Format: Paperback
This is a very accessible text that offers great insight in to ALL family relationships. It explains clearly that our society is generating narcissism as the norm and how each individual in a family strives to meet their own needs. By using the techniques outlined in the book it is possible to reduce conflict and resolve issues that each of us maybe unaware we have. Of particular use are real-life case studies and dialogue that show clearly issues that we all have encountered at some stage or other. The method of compartmentalizing is particularly useful in dissolving conflict. Thoroughly recommended.
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13 of 14 people found the following review helpful By Marie E. on 25 Aug 2012
Format: Kindle Edition Verified Purchase
This book is superb - I was almost put off purchasing it by the reviewer who said that it was oversimplistic but mighty glad that I did because it's been a revelation. The poor rating is not for the book but for the publisher - most of my notes on this invaluable text were lost due to a low clipping limit. This completely invalidates the Kindle format for me. If you find this book as life-changing as I did, you will want to buy the print version instead.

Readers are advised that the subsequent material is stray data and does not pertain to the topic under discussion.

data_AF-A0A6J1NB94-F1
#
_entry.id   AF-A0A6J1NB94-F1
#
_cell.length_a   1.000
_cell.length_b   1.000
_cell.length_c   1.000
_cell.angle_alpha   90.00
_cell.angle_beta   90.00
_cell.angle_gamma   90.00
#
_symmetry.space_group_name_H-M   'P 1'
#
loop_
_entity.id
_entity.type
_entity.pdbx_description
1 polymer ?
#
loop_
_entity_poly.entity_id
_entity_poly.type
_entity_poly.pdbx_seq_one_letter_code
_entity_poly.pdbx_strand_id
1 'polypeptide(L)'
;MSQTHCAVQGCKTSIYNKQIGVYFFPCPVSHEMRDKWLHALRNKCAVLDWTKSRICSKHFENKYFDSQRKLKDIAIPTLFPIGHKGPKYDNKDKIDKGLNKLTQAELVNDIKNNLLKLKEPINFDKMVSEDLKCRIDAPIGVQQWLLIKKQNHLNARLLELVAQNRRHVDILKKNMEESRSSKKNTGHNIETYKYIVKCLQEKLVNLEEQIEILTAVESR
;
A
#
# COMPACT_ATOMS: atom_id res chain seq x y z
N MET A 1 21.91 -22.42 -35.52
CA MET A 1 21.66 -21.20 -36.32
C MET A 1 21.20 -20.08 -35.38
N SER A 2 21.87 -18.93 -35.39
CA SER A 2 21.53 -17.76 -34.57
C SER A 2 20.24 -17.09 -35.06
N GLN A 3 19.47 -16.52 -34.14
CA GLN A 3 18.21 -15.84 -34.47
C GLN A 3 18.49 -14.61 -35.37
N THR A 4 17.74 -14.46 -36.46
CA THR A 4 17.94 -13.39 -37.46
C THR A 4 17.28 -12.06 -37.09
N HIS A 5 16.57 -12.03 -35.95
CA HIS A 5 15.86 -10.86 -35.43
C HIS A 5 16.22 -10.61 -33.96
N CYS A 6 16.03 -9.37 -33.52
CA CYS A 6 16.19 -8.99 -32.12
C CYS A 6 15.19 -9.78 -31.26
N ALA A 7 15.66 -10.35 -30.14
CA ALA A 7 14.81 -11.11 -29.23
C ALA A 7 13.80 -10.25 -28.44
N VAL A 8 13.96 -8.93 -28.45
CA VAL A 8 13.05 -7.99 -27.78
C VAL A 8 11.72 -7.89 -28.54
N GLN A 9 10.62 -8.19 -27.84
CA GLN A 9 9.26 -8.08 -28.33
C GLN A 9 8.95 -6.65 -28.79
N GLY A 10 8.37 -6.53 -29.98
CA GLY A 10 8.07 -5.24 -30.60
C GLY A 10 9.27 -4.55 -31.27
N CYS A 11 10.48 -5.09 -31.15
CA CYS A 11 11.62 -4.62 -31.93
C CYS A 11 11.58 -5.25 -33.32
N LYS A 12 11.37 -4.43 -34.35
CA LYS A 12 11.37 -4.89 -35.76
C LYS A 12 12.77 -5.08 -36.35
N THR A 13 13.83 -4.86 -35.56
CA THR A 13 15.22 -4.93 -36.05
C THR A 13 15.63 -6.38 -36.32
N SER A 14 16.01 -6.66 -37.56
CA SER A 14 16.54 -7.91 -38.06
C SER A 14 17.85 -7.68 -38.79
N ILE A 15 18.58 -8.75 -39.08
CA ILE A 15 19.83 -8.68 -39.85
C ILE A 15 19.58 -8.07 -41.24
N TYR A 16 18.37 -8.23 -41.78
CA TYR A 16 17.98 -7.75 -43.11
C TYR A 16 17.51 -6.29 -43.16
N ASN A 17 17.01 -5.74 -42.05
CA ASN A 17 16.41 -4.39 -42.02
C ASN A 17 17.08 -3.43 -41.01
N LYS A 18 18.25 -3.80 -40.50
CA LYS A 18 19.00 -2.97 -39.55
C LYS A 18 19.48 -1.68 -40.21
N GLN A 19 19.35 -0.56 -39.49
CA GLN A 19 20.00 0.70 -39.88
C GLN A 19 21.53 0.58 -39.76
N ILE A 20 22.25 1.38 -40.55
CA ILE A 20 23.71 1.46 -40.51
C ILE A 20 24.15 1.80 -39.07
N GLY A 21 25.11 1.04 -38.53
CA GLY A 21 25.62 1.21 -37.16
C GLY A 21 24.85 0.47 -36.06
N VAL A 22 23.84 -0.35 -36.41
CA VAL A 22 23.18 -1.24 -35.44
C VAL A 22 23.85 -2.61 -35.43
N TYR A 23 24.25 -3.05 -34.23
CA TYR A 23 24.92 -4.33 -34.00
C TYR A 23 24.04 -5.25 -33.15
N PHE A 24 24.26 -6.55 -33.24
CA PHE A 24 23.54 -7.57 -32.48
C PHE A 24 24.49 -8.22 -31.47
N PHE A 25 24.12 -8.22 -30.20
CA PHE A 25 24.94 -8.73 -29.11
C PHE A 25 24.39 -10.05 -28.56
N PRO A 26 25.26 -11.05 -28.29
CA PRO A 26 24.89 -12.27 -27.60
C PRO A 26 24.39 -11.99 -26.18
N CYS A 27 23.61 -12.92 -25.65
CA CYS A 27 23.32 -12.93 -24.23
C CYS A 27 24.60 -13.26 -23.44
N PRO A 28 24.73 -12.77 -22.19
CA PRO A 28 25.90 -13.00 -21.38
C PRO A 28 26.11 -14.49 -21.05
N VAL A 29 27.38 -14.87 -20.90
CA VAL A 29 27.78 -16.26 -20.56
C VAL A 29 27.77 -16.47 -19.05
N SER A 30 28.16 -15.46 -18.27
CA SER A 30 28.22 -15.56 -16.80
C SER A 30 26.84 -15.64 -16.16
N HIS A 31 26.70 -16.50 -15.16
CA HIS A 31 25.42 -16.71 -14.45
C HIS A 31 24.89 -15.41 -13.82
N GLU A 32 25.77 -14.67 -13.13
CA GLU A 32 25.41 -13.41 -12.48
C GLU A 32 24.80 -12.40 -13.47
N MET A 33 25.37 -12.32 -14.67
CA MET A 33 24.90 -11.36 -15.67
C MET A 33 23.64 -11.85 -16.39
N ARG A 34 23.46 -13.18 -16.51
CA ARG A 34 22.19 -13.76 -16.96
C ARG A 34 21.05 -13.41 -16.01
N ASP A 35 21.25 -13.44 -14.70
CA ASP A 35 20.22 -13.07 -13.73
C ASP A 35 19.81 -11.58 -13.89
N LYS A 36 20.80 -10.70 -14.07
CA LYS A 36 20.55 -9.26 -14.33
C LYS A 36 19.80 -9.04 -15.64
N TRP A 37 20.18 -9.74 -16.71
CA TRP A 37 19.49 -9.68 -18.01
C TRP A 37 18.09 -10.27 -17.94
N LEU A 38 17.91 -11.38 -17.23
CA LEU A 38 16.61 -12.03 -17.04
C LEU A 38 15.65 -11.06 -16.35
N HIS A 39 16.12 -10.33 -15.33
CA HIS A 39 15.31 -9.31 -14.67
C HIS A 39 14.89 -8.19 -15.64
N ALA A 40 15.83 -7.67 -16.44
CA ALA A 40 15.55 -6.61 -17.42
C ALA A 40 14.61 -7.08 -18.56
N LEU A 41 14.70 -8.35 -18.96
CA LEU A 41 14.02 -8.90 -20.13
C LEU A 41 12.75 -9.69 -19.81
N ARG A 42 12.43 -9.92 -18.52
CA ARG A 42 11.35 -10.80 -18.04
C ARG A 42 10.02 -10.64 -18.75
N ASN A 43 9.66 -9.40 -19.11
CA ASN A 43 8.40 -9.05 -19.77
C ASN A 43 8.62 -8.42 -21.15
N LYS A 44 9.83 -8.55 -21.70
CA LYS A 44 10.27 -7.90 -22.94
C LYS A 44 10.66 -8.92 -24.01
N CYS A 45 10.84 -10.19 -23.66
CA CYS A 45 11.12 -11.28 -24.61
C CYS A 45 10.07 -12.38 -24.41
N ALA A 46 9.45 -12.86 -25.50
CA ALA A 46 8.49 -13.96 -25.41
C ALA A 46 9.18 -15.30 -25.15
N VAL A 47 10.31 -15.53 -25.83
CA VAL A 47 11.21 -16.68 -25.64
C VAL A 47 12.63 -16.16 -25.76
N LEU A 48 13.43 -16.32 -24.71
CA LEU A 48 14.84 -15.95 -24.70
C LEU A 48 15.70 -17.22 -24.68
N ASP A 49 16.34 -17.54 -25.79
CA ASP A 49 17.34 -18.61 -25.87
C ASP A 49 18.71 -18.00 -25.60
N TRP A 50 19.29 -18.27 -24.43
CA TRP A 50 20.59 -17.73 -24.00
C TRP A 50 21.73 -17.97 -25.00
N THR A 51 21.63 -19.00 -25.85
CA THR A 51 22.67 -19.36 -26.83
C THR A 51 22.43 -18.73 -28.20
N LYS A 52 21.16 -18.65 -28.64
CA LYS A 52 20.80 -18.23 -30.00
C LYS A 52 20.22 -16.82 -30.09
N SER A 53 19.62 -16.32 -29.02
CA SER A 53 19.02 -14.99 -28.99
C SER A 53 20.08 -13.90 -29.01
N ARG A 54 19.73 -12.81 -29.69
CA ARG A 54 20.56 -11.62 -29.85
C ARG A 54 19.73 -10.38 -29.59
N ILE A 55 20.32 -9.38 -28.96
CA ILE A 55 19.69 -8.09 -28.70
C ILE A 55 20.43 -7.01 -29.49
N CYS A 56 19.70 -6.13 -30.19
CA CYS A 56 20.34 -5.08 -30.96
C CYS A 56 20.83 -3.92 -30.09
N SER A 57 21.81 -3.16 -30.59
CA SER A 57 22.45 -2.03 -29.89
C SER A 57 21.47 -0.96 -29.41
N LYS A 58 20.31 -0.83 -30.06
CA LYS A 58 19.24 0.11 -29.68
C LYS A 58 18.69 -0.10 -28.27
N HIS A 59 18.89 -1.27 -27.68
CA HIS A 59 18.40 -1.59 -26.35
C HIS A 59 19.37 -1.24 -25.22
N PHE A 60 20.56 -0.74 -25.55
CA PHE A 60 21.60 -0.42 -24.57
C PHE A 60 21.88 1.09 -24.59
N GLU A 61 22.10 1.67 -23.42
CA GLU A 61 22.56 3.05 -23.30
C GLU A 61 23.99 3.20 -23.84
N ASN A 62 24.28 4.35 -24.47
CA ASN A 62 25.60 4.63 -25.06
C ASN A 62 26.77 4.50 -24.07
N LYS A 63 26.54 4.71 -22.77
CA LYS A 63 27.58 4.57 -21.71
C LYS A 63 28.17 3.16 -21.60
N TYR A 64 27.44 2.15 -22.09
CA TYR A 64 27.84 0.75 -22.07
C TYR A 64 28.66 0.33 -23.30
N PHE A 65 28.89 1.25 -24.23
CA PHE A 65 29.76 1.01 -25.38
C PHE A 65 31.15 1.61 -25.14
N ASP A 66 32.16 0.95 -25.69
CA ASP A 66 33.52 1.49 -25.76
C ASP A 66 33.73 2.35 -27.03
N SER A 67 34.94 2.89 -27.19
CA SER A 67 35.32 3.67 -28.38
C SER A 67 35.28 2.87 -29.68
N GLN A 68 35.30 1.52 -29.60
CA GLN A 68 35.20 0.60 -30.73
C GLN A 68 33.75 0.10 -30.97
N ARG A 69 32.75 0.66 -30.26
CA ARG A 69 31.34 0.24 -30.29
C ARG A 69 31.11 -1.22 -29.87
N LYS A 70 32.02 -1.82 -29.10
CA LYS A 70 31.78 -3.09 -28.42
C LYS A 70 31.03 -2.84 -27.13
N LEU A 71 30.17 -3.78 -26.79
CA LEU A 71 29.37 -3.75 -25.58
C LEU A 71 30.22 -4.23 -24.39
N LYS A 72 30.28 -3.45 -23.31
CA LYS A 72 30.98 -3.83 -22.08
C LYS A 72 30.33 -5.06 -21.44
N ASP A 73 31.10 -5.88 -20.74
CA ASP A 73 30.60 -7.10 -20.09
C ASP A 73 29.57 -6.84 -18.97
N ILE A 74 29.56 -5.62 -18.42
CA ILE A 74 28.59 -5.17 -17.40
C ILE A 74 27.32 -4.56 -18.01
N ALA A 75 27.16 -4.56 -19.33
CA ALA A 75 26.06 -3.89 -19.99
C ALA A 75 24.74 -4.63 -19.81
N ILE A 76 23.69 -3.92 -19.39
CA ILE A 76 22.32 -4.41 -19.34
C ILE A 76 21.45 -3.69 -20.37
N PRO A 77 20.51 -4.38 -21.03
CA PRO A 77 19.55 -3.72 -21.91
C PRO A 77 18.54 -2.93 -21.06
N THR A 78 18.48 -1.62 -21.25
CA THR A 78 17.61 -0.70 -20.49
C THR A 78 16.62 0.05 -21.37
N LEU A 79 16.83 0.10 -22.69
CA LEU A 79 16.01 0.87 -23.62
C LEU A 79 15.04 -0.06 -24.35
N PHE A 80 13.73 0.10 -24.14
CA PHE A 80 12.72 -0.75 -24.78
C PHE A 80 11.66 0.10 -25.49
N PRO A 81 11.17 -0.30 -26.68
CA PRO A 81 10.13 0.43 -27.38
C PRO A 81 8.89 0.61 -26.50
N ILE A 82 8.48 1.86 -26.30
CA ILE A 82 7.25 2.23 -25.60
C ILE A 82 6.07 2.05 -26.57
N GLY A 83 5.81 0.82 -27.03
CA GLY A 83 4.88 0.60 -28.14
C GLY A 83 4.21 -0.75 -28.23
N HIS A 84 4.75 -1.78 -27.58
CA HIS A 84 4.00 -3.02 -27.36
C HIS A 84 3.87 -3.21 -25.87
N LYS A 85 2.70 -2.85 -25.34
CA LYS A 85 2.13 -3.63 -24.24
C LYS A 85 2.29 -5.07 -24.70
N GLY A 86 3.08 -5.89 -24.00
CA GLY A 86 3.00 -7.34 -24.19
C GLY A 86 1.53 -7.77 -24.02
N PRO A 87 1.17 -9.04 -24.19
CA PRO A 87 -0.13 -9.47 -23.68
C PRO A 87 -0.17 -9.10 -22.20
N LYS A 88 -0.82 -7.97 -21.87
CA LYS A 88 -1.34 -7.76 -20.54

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2 of 2 people found the following review helpful By Mr. C. Morris on 3 Feb 2014
Format: Paperback Verified Purchase
Perhaps best to avoid if you are preparing for a get together with the folks, as some of the situations you recognise will see you simmering with rage.

The essence seems to be that some parents just do not cater for their children's emotional needs and not only that, they offload all their own problems and worries onto them, using their kids as a support system while having little time for offering a shoulder to cry on. Guess this is more likely to happen if the parents don't have any friends in which to confide, which is often the case with narcissists.

The book also explores the traits you may pick up being the kid of narc parents - you may be waiting on events, hesitant to make your mark in the world, a bit too eager to please.